Id. at ¶36. Once home, Dr. Shelton was so debilitated by her experiences that she was unable to take care of any business matters until early February. Affidavit of Thomas Shelton at ¶13. These circumstances, Dr. Shelton claims, diminished her health to the extent that she was unable to learn of or attend the scheduled hearing. She asks this court to vacate its dismissal, permit her additional time to file an amended complaint, and lift the stay in this matter.*fn6

At this point, the court notes that although Dr. Shelton may have had severe health problems while incarcerated, she was nevertheless able to write two Emergency Motions to the Illinois Appellate Court, id. at ¶26 and at ¶32, arrange for the motions to be delivered, id., and attend a state court proceeding on January 6, 2006. Id. at ¶30. In other words, while Dr. Shelton's symptoms may have been severe during that period, they were not incapacitating.

Once the court received Dr. Shelton's motion to vacate, it scheduled a status hearing. At the hearing on April 13, 2006, it set a briefing schedule and ordered Dr. Shelton to supplement her motion with affidavits and medical records supporting her explanation for her failure to appear. On May 15, 2005, Dr. Shelton submitted her Supplement to Motion to Vacate, which consisted of the affidavit of her son, Thomas Shelton, and medical documents printed on February 14, 2006 summarizing her condition as of January 20 or 21, 2006. In his affidavit, Thomas Shelton attests that he saved his mother's mail, but did not read it, during her incarceration, and that he might have misplaced the court's December 14 order. Affidavit of Thomas Shelton at ¶12. The medical records are not submitted with any physicians' affidavits and do not appear to support Dr. Shelton's claim that she was physically incapacitated on or before February 2, 2006.

In response to Dr. Shelton's motion and supplemental evidence, the defendants argue that Dr. Shelton failed to file a motion to alter or amend the court's judgment within ten days under Federal Rule of Civil Procedure 59(e), and did not appeal this court's entry of judgment, and that this Rule 60 motion is an improper substitute for an appeal. They further object to the nature of Dr. Shelton's evidence in support of her motion, arguing that Thomas Shelton's affidavit and the unauthenticated medical records are insufficient to justify the type of "extraordinary relief" available under Rule 60(b)(1). Finally, the defendants argue that the circumstances Dr. Shelton has alleged do not satisfy the high burden needed to prevail on a Rule 60(b)(1) motion.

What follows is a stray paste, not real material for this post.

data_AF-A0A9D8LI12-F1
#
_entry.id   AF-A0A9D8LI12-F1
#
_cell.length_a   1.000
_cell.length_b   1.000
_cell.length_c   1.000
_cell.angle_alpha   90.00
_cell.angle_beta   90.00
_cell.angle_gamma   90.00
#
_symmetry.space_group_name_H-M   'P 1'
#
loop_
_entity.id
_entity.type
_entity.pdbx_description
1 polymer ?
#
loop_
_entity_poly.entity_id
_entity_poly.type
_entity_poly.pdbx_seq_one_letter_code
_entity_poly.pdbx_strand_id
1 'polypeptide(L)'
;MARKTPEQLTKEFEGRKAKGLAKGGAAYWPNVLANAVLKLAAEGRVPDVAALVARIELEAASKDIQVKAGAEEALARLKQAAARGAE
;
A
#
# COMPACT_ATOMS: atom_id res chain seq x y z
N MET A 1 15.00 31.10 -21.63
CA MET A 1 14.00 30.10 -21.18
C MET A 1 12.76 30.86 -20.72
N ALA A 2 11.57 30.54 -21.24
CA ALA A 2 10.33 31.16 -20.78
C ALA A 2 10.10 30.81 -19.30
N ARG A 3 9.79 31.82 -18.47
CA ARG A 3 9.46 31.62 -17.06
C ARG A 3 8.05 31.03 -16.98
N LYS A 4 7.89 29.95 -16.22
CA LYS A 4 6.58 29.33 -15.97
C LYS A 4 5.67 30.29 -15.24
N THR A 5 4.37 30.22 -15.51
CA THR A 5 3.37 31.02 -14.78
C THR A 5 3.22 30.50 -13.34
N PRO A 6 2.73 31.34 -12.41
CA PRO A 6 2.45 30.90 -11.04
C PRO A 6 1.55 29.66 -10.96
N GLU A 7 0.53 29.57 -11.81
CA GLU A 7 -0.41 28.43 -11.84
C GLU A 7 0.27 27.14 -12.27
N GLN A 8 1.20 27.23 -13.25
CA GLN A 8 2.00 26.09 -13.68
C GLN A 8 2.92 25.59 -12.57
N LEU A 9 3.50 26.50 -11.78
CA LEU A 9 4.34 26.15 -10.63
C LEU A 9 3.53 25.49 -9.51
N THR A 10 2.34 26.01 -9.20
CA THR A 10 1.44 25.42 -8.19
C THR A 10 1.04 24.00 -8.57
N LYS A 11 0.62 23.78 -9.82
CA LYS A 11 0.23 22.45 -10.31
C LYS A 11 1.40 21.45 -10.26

Federal Rule of Civil Procedure 60(b)(1) permits the court to "relieve a party or a party's legal representative from a final judgment, order, or proceeding for ... mistake, inadvertence, surprise, or excusable neglect ... or [for] any other reason justifying relief from the operation of the judgment." When seeking to vacate a default judgment under this rule, the moving party has to demonstrate: (1) that she had good cause for the default; (2) that she took quick action to correct the default; and (3) that she has a meritorious defense to the original claim. Jones v. Phipps, 39 F.3d 158 (7th Cir. 1994).

Demonstrating good cause or excusable neglect to satisfy the first prong of the test is not an easy task. Excusable neglect occurs only where there are "exceptional circumstances [that] demonstrate that the events contributing to a default judgment were not within the meaningful control of the defaulting party... [W]here a party willfully, albeit through ignorance or carelessness, abdicates its responsibilities, relief from judgment under Rule 60(b) is not warranted." Zuelzke Tool & Engineering Co. v. Anderson Die Castings, Inc., 925 F.2d 226 (7th Cir. 1991). Simply being an incarcerated pro se litigant does not necessarily constitute "good cause." Jones v. Phipps at 163. Hospitalization for a drug treatment program ...